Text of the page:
During my final year at university I was able to explore the interrelationship between learning modalities and the environment for children with ASD (Autism Spectrum Disorder). It was an unforgettable experience and provided me with so much knowledge and understanding when it comes to designing spaces that offer equal learning opportunities to all children. To give you an insight I have provided a preview of my dissertation “Living in a world not designed for them” with a link to enable those that wish to continue reading.

Learning comes through connecting with others, cultures and environments. Every child in Australia deserves the right to access an education and develop a sense of belonging. Schools provide a safe and comfortable learning environment for children, enabling a school to become an understandable space. Unfortunately some children have sensory impairments and are unable to make a connection with the environment. This affects their ability to behave, learn and form relationships with their peers. How can children with ASD (Autism Spectrum Disorder) encounter these perceptual difficulties daily. The case studies of three children with ASD were analysed in order to comprehend how sensory impairments disrupt the perceptual experience of an environment. These case studies strongly indicated that there were interrelationships between sensorial impairments and architectural languages. This was furthermore confirmed after two schools which specialise in the learning of children with ASD were analysed. Both schools showed examples of architectural elements which assisted with sensorial impairments. Behaviour and education were being enhanced through the use an architectural language which these children understood. The creation and analysis of three school environments will emphasize and demonstrate why certain architectural interventions need to be applied to schools. These school environments will clearly show how architectural elements can assist in providing all children with equal learning opportunities.

People all over the world communicate, socialise and learn using different languages and dialects. These languages or dialects can only be understood by those who have learnt them. It is difficult for a person from Italy to communicate with someone from Australia. Sure, there will be some similarities to words spoken between the two, and some of the conversation will be understood, but for the most part of the conversation, both the Italian and the Australian will feel utterly confused. Along with verbal languages, there are also architectural languages. When an individual makes sense and belongs to an environment, the architectural language which constitutes that environment has been understood. Generally architectural languages are universally understood and most built environments create a sense of belonging and a place which can be inhabited by different individuals. But for some, their sense of perception is impaired and their ability to comprehend the surrounding environment can sometimes be impossible.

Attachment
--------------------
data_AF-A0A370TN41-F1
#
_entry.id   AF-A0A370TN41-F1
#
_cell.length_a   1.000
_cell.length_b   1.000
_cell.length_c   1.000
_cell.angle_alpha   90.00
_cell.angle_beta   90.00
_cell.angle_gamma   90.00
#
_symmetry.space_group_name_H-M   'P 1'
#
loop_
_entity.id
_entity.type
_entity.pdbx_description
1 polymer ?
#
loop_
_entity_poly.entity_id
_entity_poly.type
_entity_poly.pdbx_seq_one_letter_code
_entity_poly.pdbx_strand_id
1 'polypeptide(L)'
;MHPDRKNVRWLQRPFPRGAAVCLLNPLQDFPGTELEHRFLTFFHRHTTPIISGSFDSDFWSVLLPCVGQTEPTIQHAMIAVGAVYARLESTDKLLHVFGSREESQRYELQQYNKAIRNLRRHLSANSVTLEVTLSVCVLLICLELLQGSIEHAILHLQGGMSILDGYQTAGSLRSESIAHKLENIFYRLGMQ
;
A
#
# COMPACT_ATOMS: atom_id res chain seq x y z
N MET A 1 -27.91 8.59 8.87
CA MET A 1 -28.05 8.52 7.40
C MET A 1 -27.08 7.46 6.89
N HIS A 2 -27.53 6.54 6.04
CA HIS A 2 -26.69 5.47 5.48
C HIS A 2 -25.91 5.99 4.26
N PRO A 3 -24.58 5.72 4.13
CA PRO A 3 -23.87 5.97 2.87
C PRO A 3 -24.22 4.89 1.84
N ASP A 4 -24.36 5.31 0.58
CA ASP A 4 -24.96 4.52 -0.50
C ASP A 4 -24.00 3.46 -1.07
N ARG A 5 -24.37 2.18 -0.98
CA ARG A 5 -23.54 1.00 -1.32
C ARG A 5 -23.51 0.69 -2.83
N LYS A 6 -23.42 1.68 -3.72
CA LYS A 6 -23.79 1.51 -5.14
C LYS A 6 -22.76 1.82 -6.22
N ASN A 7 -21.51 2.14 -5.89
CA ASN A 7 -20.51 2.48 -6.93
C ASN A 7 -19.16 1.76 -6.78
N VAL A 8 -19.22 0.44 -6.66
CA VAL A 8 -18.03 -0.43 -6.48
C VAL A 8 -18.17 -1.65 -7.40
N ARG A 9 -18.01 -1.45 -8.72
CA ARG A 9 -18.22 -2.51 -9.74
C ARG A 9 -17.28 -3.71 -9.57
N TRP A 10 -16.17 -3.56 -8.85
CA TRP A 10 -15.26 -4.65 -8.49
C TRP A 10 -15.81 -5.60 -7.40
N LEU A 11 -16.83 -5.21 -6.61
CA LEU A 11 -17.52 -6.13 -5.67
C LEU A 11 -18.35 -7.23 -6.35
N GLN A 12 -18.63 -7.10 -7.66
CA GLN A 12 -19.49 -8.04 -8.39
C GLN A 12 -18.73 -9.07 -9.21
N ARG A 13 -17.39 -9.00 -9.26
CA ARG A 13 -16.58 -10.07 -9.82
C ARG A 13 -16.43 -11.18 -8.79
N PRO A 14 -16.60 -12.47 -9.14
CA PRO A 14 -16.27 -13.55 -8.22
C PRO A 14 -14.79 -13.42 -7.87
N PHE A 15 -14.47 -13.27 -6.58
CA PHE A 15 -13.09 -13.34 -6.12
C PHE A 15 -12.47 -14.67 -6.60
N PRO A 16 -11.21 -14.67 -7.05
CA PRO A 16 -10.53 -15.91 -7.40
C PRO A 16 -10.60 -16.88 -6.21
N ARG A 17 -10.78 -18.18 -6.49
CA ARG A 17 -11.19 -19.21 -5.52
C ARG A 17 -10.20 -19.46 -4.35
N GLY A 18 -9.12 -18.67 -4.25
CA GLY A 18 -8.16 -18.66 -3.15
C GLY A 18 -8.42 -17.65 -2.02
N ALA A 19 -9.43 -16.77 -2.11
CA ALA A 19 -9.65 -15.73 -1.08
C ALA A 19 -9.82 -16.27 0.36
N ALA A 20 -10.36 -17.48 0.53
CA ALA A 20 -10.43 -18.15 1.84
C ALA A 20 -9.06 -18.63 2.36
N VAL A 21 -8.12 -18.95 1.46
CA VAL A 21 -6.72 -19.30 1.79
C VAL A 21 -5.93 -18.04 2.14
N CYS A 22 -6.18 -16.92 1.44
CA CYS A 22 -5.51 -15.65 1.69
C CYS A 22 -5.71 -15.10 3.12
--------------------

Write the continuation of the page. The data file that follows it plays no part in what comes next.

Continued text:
The intention of this dissertation is to inform the reader about those people who are living in a world not designed for them and to step through the process of creating environments which they can understand. Autism Spectrum Disorder (ASD) is a neurobehavioral disorder which affects the development of different sensory systems. These sensory systems affect the way we see, feel, hear, move and perceive environments. People with ASD are those who are living in a world not designed for them. This dissertation will use the condition ASD, in particular within the primary school environment, to explore how to generate better environments which all can appreciate and understand. Primary school is a defining environment which teaches children how to communicate, socialise and behave. If children are unable to connect to or understand the school environment, their ability to enhance these skills becomes difficult. In fact this is exactly why children with ASD struggle so much with behavioural and social issues. They struggle so much to develop a sense of belonging with the surrounding environment that their behaviours begin to reflect their estranged perceptual experience of the environment. The key is to understand which architectural elements cause negative and positive behavioural patterns. Through analysing case studies of children and schools, these behavioural malfunctions will be used to extract a series of design elements. These design elements will then be placed together to create a series of architectural proposals for a standard pattern primary school. By designing better schools which cater for children with ASD, it will be inevitable that these schools will also benefit other children in developing a sense of belonging.

To continue reading please follow the link provided.
“Living in a world not designed for them” by Josh White

 By Josh White – Graduate POWE ArchitectsJosh Powe Architects
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Any views or opinions presented in this article are solely those of the author and do not necessarily represent those of POWE Architects